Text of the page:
Once upon a time, everyone wanted to be the best and was obsessed with doing everything really, really well. Cooking. Dancing. Ice Skating. Singing. Cake Decorating. Being ridiculously good looking. They made TV shows about it, performed to sell-out crowds and wrote books imparting their wisdom to eager readers. How To Make It In The Music Industry. How To Bake Like Paul Hollywood. How To Get Rich Without Really Trying. How To Be The Next Steve Jobs. How To Write An Academy Award Winning Screenplay in Three Weeks.
In the midst of this, one man stood alone, a lone reed if you will. That lone reed was Joel Stickley, Poet Laureate for Lincolnshire and co-author of the excellent Who Writes This Crap?, a man who realised that the world didn’t need any more people telling them how to do something really well. No. What the world needed, Joel decided, was a book that showed them not now to do something well, but how to do something really, really badly. And so he set out to do this, first in a blog, and then in a book, published this month by Nasty Little Press and available here at the NLP shop.
Featuring both highlights from his blog and newly written material, 100 Ways To Write Badly Well takes the reader on what can only really be described as a Grand Tour of terrible, though sometimes awfully familiar writing. You’ll witness tragic back stories, unlikely plot twists involving dwarves, wildly misappropriated punctuation, inanimate objects with feelings, characters with names involving at least three apostrophes and metaphors so elaborate you need a little sit down afterwards. You’ll have to fight the urge to go check everything you’ve ever written to make sure you haven’t fallen prey to the mixed metaphor or the over-used dangling modifier. You’ll finish reading it a better person, or at least having read two or more parts aloud to someone sitting near you, whether you know them or not.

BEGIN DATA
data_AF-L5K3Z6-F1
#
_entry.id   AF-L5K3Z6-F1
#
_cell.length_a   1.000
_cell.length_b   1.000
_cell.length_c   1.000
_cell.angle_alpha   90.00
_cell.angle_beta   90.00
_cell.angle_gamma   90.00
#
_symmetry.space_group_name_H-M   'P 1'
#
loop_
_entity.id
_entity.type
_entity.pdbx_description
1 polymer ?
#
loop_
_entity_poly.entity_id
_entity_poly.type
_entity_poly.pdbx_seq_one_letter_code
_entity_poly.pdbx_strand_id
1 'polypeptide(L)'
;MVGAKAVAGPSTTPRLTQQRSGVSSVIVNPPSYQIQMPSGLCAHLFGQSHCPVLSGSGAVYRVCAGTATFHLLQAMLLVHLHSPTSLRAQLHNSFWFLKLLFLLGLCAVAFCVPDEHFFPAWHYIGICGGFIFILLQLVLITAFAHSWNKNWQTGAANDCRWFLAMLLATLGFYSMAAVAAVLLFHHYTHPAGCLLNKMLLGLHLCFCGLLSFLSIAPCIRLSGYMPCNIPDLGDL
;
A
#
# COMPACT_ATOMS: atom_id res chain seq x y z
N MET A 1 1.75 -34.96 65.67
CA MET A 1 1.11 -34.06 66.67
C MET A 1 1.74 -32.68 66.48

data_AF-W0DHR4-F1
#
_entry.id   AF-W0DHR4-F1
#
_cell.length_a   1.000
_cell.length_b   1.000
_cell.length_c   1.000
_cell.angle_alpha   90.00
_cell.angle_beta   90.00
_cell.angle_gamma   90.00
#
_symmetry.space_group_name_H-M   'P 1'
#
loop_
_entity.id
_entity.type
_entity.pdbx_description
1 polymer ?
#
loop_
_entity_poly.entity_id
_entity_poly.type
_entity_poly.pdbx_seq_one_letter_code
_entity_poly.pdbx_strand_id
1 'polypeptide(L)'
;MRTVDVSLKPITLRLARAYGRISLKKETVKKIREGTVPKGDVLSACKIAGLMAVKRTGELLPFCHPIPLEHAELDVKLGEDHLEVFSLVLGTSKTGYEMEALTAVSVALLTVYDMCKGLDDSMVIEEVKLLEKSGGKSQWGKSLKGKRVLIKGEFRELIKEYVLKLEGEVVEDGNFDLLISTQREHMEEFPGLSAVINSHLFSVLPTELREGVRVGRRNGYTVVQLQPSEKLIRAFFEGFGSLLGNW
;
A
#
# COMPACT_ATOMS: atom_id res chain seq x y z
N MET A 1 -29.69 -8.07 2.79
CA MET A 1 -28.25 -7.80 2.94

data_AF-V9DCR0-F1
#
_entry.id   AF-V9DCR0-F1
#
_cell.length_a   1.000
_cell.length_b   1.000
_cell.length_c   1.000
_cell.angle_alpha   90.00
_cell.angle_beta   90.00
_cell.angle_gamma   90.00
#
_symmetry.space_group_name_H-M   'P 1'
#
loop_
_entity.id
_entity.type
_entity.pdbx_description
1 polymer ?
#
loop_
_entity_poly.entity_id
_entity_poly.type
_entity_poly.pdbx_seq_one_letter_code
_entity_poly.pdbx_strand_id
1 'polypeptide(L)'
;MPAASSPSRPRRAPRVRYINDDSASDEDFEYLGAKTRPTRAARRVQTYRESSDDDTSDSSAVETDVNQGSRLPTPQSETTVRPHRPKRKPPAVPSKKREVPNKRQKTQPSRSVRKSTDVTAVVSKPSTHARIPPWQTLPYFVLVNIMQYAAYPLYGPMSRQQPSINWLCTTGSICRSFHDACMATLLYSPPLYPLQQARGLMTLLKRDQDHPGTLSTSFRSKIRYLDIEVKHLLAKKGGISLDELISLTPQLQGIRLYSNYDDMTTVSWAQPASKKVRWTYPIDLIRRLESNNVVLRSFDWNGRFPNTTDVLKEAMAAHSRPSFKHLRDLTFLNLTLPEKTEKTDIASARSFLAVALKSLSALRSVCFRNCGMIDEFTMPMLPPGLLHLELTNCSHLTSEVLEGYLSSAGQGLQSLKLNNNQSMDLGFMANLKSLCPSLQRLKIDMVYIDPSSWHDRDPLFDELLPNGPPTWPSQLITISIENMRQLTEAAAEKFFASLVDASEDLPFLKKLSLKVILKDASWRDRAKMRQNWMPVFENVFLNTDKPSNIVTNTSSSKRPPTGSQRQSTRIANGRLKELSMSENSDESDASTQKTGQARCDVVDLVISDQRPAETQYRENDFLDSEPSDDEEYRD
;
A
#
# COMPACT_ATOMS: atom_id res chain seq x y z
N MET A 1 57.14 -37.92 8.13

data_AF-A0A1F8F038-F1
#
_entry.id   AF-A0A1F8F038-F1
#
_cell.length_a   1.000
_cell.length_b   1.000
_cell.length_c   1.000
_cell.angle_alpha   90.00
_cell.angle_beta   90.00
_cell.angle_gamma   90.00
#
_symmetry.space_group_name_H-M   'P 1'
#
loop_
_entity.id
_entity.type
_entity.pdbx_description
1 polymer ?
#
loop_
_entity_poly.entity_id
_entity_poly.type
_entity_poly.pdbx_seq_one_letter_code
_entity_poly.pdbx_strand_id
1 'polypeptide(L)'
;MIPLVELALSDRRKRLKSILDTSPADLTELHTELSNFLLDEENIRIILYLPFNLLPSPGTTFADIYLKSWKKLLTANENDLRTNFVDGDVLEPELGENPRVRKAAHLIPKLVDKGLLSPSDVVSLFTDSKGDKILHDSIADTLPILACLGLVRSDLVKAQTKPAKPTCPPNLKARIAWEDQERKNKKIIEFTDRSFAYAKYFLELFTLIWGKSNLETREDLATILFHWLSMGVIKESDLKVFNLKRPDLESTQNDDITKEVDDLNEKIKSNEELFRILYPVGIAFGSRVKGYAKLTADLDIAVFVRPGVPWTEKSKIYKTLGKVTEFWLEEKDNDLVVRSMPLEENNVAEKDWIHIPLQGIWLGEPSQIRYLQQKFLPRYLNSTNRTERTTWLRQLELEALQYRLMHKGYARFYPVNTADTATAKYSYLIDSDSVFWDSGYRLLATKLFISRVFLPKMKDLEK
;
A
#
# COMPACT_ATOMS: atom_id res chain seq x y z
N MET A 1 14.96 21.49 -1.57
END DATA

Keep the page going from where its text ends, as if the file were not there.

You probably don’t need convincing, but here, because it makes me laugh, is an excerpt:
Signpost your twists
Agent Sam Glowingly waved a hand at the tangled web of notes on the whiteboard.
‘So,’ he said, ‘we still have no idea who the killer is.’
‘No,’ said McSleet. ‘Unless we can find someone in the monastery who’s able to leap thirty feet off the ground, pass through a stained glass window without breaking it and kill his victim through the power of sheer terror.’
‘Not your average monk,’ observed Glowingly. ‘In fact, it sounds more like one of the legendary fighting monks that reputedly inhabited this very monastery hundreds of years ago, but whose secrets have been lost for generations.’
‘Aye,’ agreed McSleet. ‘But we need to find a real solution, not sit here chit-chatting about ancient history that has nothing to do with the case.’
‘You’re right,’ said Glowingly, getting up from his chair and adjusting his pistol holster. ‘We’ve got no time for idle talk about legends that neither of us has any reason to believe are even true, let alone relevant to our current investigation.’ He consulted his notebook. ‘Where next?’ he asked.
‘We need to interview more potential witnesses,’ said McSleet, fishing a battered pack of cigarettes from his coat pocket. ‘How about Brother Laurence, who’s been studying the ancient manuscripts which sat undisturbed in the monastery vault for centuries and who has also, incidentally, been working out quite a lot recently?’
‘Okay,’ said Glowingly with a shrug. ‘But I think we’re wasting our time.’
Mr Stickley, we’re so pleased to welcome you to the NLP family! This book contains some of the worst writing we’ve ever seen. And we love it.